J. F. Kennedy and PT59
Settle down, before you get yourself in a tizzy regarding the number on JFK’s PT boat. I was reading one of the many books I have on Kennedy when I came across a session he had with his “Irish Mafia.” Kennedy passed around a letter from Marine Major Bigger while remarking, “Isn’t that nice of him.”
Isn’t what nice of him? The author never told us. So I immediately googled this Major Bigger. Once I had the facts, I needed a way to get it into Rory O’Donnell and the Kennedys. I finally included it in O’Donnell’s December 1963, Chicago Tribune storyline. Here’s an excerpt from that story’s newspaper column.
Last night, I stood in the freezing cold along with a dozen
others, lighting tapers from the eternal flame at President Kennedy’s grave. After transferring the blaze to candles, we processed to the Lincoln Memorial where thousands awaited, proudly offering their candles before passing the glow from one to the next until all bore Kennedy’s eternal light. Then we sang, prayed, and cried in remembrance of a great man. Looking around at other kindred souls, I tried to understand the dichotomy between those last night and those in Dallas, one month ago.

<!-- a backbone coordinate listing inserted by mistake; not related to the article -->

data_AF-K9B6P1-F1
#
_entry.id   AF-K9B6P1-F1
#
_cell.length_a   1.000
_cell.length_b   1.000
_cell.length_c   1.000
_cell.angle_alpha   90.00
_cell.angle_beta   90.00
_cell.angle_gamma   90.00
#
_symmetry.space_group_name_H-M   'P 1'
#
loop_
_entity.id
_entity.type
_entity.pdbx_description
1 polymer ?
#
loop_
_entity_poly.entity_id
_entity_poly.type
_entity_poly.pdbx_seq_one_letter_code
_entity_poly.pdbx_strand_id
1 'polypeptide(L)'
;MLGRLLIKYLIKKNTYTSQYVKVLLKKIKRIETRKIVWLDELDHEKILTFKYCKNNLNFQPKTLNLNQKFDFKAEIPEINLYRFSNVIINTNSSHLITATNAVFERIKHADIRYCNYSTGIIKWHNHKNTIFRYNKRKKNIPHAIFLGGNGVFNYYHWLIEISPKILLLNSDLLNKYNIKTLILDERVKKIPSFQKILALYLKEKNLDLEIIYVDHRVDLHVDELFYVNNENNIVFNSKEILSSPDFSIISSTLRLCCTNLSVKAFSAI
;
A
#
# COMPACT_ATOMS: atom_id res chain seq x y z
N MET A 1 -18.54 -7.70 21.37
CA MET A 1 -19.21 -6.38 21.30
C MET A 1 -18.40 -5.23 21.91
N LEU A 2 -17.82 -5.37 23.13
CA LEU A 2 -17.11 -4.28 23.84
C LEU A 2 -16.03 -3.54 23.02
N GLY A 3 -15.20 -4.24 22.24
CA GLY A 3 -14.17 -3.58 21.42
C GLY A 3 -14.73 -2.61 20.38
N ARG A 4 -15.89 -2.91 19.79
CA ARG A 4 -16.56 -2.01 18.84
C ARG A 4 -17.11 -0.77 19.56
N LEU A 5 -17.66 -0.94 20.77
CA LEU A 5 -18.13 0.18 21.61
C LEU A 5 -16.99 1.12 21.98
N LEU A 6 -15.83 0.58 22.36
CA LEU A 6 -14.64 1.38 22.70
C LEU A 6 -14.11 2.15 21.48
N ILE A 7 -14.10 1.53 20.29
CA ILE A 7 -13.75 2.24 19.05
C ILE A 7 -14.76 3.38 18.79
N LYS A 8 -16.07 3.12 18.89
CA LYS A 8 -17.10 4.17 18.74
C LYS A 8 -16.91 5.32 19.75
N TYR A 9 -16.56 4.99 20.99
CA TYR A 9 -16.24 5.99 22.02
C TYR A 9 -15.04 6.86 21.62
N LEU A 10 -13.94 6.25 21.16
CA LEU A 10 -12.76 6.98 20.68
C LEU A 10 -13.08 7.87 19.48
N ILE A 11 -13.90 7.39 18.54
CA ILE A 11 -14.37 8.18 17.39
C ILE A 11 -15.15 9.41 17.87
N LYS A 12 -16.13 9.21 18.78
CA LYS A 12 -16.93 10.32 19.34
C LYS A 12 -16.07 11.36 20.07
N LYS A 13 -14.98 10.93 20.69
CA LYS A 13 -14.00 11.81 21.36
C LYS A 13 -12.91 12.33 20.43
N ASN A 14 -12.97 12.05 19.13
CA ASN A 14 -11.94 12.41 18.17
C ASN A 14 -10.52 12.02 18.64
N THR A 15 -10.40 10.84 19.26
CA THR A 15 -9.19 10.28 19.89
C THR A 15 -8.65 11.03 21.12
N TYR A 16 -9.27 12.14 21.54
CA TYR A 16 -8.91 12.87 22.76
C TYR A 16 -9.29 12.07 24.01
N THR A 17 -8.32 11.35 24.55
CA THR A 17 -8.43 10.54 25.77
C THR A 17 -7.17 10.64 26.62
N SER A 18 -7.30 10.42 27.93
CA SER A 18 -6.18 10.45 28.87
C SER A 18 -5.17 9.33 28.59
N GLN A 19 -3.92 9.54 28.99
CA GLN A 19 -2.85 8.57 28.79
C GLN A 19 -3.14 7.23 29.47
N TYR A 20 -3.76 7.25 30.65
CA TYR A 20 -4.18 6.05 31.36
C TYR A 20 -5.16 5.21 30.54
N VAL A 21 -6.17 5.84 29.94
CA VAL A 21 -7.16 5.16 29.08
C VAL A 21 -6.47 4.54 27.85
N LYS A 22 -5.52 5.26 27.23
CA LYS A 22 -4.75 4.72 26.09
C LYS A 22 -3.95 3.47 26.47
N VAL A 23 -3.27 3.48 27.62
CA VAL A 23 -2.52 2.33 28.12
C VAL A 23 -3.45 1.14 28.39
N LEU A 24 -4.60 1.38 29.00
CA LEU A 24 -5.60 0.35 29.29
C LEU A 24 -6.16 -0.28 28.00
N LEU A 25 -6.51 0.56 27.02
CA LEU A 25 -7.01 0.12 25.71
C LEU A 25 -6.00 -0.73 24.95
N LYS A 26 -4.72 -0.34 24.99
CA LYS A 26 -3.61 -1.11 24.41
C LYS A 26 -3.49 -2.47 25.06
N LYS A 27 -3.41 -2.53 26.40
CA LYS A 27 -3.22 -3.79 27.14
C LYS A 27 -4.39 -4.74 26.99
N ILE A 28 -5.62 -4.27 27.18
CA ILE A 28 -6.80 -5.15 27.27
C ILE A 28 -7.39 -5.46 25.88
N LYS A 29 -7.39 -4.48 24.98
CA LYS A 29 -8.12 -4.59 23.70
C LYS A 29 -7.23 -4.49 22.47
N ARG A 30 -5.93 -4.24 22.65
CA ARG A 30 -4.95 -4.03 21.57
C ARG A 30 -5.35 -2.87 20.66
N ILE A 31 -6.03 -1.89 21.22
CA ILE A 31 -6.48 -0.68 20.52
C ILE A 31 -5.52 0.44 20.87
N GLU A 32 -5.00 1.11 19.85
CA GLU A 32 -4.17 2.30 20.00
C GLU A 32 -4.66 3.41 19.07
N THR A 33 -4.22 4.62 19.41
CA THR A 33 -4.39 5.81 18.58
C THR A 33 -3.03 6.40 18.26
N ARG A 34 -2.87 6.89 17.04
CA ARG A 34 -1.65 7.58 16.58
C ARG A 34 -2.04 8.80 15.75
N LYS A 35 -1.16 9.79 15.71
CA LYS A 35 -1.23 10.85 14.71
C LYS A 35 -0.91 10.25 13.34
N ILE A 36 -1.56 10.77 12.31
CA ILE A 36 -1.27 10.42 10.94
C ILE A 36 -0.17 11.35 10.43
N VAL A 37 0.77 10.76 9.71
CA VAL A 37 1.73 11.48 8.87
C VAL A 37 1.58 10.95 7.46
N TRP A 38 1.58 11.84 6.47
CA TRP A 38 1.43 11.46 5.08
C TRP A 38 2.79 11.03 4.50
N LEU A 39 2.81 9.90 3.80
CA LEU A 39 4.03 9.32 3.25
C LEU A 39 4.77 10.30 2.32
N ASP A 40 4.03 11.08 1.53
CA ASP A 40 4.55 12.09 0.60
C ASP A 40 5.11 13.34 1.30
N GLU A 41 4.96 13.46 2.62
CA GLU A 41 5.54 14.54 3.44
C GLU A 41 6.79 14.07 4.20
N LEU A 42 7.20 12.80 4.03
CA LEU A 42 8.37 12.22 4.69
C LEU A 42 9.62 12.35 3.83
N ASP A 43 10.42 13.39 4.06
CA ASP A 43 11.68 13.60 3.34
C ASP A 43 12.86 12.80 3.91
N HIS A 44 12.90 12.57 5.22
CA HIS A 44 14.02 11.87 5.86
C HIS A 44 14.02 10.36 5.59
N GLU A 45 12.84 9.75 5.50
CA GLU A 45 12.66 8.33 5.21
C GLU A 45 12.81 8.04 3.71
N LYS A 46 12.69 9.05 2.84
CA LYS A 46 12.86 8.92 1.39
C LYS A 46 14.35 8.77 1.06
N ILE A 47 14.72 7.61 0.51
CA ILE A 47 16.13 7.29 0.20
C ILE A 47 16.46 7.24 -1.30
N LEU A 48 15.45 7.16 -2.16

I have in my possession a poster of the President, full face and profile, captioned, “Wanted for Treason.”
This brought to mind, November 1943, Marines, escaping on a sinking L.C.P.R. when their engine stalled, were being pushed by the waves back into the waiting guns of the Japanese. Just when all hope had deserted, one frenzied voice rose above the others, “Here’s a PT boat.”
Kennedy steered the old, overloaded, re-converted PT59 between the shore and the sinking landing craft, his crew making room to take every survivor aboard.